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The AAPG/Datapages Combined Publications Database

AAPG Bulletin


Volume: 65 (1981)

Issue: 5. (May)

First Page: 970

Last Page: 970

Title: Plant Megafossils at Carboniferous-Permian Boundary: ABSTRACT

Author(s): Hermann W. Pfefferkorn, William H. Gillespie

Article Type: Meeting abstract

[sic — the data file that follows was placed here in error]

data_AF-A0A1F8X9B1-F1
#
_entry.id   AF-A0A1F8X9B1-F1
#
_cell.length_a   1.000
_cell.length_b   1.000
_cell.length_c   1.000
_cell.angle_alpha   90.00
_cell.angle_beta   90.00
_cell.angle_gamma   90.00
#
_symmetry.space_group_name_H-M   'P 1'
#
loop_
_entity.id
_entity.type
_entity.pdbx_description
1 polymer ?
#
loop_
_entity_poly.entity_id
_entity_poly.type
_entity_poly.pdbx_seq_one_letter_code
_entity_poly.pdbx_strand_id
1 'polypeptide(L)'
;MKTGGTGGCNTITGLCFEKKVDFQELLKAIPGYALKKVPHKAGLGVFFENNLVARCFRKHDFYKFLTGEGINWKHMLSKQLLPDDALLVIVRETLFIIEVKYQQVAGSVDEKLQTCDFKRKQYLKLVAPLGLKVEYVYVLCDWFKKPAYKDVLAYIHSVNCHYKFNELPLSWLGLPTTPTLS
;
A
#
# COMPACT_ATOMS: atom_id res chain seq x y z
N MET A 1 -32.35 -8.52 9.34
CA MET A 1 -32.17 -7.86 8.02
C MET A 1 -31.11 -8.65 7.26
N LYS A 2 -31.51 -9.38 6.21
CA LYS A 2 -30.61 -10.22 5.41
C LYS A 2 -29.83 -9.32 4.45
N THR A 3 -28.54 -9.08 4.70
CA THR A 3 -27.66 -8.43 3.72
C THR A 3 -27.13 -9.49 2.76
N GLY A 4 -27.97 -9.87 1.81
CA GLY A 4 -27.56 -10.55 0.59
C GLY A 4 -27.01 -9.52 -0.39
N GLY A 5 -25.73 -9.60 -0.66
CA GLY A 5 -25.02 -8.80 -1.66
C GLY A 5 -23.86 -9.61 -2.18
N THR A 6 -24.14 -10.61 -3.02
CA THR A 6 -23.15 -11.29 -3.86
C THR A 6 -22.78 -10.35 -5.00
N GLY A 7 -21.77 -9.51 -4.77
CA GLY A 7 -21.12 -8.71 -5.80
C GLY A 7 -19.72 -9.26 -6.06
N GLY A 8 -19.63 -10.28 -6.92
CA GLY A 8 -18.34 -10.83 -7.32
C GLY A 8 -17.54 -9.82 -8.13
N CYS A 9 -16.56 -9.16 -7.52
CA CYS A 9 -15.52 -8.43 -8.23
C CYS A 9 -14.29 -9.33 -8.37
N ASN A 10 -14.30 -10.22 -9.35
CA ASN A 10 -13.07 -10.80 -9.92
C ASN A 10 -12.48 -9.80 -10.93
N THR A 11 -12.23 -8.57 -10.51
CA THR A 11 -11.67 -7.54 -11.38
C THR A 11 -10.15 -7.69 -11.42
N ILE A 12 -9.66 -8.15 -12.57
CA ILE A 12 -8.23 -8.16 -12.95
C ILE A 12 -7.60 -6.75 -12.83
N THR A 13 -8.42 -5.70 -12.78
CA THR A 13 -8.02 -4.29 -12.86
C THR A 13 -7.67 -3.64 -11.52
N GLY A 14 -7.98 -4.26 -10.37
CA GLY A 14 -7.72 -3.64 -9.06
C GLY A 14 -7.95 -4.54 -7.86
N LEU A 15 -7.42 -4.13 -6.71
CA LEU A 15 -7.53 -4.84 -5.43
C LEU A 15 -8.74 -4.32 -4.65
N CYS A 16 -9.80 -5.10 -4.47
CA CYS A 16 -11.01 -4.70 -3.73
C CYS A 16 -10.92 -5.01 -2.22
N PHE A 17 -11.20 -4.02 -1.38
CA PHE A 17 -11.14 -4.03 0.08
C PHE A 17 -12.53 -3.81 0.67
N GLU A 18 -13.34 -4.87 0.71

Plant megafossils are relatively common below and above the Carboniferous-Permian boundary in terrestrial beds and have been used to recognize the systemic boundary in this facies. However the systemic boundary in the terrestrial realm seems to be different from that used in marine sequences. To resolve this difference, any purely terrestrial section must be correlated with one which has interfingering marine and terrestrial beds. Plant megafossils were collected from the Upper Pennsylvanian and overlying Permian(?) sequences in West Virginia, where the age assignment of the Dunkard Group has long been controversial. Similar collections in the uppermost Pennsylvanian and lowermost Permian of Kansas were used for a correlation of the two sections. The lithofacies in the tw areas are generally similar and both contain indicators of both wet and dry conditions. The plants occurring in rocks formed under relatively dry conditions change more rapidly and are therefore more meaningful for stratigraphic comparisons. The changes in the flora can best be expressed by the sequence of first occurrences (and to a limited extent, extinctions). The appearance of Callipteris, and specifically C. conferta, is clearly the best recognizable event in this stratigraphic interval. Based on these findings, the Washington coal bed in the Washington Formation, lower part of the Dunkard, would correlate approximately with the Topeka Limestone (middle Virgilian) of Kansas.

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